Background: Interrelations of body composition and quality of life in chronic obstructive pulmonary disease (COPD) are important, since low body mass index (BMI) and muscle atrophy are basic factors of low exercise capacity and have reliable predictive value of the progressing disease. The aim of our study was to assess how body composition affects the quality of life, exercise capacity and respiratory function of COPD patients
Methods: We performed body composition measurements on 120 COPD patients of the National Koranyi Institute for Pulmonology in Budapest between February 1, 2019 and February 1, 2020, using OMRON Healthcare BF511 body composition analyser. The disease-specific COPD Assessment Test (CAT) questionnaire measured the quality of life; respiratory function and anthropometric data were extracted from the electronic health record system.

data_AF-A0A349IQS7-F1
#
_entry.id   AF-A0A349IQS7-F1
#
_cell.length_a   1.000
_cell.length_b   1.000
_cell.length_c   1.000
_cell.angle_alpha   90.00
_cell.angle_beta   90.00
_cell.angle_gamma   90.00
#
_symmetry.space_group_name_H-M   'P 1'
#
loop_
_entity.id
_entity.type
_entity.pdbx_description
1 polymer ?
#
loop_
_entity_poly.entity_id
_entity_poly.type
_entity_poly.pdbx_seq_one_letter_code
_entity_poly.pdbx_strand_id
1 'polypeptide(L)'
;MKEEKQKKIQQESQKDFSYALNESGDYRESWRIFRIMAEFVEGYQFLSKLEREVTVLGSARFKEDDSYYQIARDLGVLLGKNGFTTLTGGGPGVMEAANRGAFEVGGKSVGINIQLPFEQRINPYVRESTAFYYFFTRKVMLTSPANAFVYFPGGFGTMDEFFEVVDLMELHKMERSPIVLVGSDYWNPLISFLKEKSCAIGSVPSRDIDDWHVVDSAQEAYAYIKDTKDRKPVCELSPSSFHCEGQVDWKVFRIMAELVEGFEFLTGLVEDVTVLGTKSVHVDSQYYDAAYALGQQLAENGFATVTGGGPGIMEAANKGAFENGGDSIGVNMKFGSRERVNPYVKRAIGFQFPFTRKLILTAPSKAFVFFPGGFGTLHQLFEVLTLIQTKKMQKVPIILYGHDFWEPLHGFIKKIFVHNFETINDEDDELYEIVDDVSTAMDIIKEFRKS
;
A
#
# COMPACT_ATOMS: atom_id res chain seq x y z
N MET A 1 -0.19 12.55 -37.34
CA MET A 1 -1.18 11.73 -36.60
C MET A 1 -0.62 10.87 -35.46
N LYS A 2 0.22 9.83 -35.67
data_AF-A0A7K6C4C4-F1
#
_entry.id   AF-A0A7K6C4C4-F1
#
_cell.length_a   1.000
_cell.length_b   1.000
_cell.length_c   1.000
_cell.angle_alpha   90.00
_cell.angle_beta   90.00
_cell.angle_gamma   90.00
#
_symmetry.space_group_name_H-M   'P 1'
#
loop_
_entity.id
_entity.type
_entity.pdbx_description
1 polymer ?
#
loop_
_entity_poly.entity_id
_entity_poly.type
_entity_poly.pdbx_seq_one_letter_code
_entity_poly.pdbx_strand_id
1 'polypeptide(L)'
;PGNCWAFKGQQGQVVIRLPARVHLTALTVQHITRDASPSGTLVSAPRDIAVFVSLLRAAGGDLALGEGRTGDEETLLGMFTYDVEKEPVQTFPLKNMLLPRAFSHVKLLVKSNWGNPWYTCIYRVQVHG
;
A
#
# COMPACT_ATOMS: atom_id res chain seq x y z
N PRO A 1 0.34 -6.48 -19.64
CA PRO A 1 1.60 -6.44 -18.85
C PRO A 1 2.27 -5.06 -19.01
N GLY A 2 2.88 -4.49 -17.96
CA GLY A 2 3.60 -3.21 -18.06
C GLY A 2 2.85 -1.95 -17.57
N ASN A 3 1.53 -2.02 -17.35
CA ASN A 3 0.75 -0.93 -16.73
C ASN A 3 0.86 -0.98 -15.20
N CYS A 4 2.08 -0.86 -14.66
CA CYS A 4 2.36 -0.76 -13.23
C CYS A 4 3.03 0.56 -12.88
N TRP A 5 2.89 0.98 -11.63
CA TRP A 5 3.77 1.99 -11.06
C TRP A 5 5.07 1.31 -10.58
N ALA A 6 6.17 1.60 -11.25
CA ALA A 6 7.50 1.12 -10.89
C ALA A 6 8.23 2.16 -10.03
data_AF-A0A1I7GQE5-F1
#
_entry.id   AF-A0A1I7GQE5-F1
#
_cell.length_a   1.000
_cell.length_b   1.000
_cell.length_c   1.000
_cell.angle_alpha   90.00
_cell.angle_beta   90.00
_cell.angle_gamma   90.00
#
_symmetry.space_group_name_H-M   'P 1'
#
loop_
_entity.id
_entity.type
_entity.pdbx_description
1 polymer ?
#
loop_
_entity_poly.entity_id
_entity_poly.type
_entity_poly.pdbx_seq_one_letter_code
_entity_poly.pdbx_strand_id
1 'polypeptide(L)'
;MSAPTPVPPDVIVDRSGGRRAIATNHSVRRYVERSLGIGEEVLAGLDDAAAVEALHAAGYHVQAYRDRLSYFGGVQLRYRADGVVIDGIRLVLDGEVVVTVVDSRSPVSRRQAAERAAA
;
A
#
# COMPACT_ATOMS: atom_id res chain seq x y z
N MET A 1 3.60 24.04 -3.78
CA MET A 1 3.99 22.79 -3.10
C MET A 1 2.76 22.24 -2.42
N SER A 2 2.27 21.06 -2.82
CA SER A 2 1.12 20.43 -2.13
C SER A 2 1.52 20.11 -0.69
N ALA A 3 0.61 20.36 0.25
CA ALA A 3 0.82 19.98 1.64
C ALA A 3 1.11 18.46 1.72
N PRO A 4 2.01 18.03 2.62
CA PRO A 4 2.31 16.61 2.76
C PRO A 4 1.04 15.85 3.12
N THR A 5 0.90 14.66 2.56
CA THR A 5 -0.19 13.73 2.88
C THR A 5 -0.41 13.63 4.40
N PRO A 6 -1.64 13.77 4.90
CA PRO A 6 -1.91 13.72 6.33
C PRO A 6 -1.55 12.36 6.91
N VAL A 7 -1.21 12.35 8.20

Results: Underweight patients (10.8%) were less work loading (6MWD (m) 250 vs. 320; p=0.098) and had significantly lower quality of life (CAT: 32 (29-36) vs. 28 (23.5-30) vs. 24 (16-30); p=0.004), than normal or overweight patients. Those with higher body fat percentage (women: 36-42%, men: 25-30%) had better lung function (FEV1) and significantly better quality of life (CAT). Muscle percentage correlated also significantly with 6-minute walking distance (6MWD: ρ=0.514; p <0.001) and quality of life (CAT: ρ=-0.344; p <0.001).
Conclusions: Our results suggest that measurement and assessment of body composition is useful in managing COPD patients and should routinely be performed during therapy, thus we propose to add body composition assessment to the COPD severity assessment (BODE index).